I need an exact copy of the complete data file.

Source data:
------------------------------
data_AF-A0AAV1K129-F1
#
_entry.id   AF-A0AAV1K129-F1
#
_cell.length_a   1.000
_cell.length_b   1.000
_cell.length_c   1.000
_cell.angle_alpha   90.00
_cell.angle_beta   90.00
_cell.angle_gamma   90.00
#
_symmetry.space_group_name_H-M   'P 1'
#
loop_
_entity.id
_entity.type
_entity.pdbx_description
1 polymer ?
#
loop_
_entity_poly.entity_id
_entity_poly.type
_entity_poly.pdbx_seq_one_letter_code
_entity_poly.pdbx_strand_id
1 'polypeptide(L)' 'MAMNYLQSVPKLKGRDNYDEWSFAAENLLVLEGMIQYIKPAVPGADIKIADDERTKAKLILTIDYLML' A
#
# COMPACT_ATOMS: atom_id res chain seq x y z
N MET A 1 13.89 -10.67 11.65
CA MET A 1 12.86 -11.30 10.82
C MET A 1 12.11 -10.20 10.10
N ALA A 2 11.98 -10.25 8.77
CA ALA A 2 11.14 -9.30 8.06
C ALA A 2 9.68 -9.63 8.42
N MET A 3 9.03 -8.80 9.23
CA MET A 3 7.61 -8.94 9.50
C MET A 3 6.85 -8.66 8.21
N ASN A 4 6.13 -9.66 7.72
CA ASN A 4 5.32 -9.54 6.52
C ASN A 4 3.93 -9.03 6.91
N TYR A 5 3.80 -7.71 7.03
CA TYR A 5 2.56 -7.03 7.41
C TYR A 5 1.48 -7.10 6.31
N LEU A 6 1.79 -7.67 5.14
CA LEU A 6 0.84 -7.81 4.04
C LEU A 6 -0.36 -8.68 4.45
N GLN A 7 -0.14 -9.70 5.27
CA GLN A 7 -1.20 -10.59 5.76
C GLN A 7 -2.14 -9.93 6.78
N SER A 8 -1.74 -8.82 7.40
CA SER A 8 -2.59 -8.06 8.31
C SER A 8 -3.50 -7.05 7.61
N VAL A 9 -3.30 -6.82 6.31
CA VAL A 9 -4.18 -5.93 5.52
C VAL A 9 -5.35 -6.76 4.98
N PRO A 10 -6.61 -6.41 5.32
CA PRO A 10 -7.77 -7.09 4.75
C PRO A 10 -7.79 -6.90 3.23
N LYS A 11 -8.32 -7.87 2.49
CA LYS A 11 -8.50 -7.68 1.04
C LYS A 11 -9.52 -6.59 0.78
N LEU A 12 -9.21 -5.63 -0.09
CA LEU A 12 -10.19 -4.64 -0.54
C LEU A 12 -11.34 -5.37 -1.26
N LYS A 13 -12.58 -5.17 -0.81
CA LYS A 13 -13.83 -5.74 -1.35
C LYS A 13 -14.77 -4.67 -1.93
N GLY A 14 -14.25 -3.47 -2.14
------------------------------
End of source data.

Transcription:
data_AF-A0AAV1K129-F1
#
_entry.id   AF-A0AAV1K129-F1
#
_cell.length_a   1.000
_cell.length_b   1.000
_cell.length_c   1.000
_cell.angle_alpha   90.00
_cell.angle_beta   90.00
_cell.angle_gamma   90.00
#
_symmetry.space_group_name_H-M   'P 1'
#
loop_
_entity.id
_entity.type
_entity.pdbx_description
1 polymer ?
#
loop_
_entity_poly.entity_id
_entity_poly.type
_entity_poly.pdbx_seq_one_letter_code
_entity_poly.pdbx_strand_id
1 'polypeptide(L)' 'MAMNYLQSVPKLKGRDNYDEWSFAAENLLVLEGMIQYIKPAVPGADIKIADDERTKAKLILTIDYLML' A
#
# COMPACT_ATOMS: atom_id res chain seq x y z
N MET A 1 13.89 -10.67 11.65
CA MET A 1 12.86 -11.30 10.82
C MET A 1 12.11 -10.20 10.10
N ALA A 2 11.98 -10.25 8.77
CA ALA A 2 11.14 -9.30 8.06
C ALA A 2 9.68 -9.63 8.42
N MET A 3 9.03 -8.80 9.23
CA MET A 3 7.61 -8.94 9.50
C MET A 3 6.85 -8.66 8.21
N ASN A 4 6.13 -9.66 7.72
CA ASN A 4 5.32 -9.54 6.52
C ASN A 4 3.93 -9.03 6.91
N TYR A 5 3.80 -7.71 7.03
CA TYR A 5 2.56 -7.03 7.41
C TYR A 5 1.48 -7.10 6.31
N LEU A 6 1.79 -7.67 5.14
CA LEU A 6 0.84 -7.81 4.04
C LEU A 6 -0.36 -8.68 4.45
N GLN A 7 -0.14 -9.70 5.27
CA GLN A 7 -1.20 -10.59 5.76
C GLN A 7 -2.14 -9.93 6.78
N SER A 8 -1.74 -8.82 7.40
CA SER A 8 -2.59 -8.06 8.31
C SER A 8 -3.50 -7.05 7.61
N VAL A 9 -3.30 -6.82 6.31
CA VAL A 9 -4.18 -5.93 5.52
C VAL A 9 -5.35 -6.76 4.98
N PRO A 10 -6.61 -6.41 5.32
CA PRO A 10 -7.77 -7.09 4.75
C PRO A 10 -7.79 -6.90 3.23
N LYS A 11 -8.32 -7.87 2.49
CA LYS A 11 -8.50 -7.68 1.04
C LYS A 11 -9.52 -6.59 0.78
N LEU A 12 -9.21 -5.63 -0.09
CA LEU A 12 -10.19 -4.64 -0.54
C LEU A 12 -11.34 -5.37 -1.26
N LYS A 13 -12.58 -5.17 -0.81
CA LYS A 13 -13.83 -5.74 -1.35
C LYS A 13 -14.77 -4.67 -1.93
N GLY A 14 -14.25 -3.47 -2.14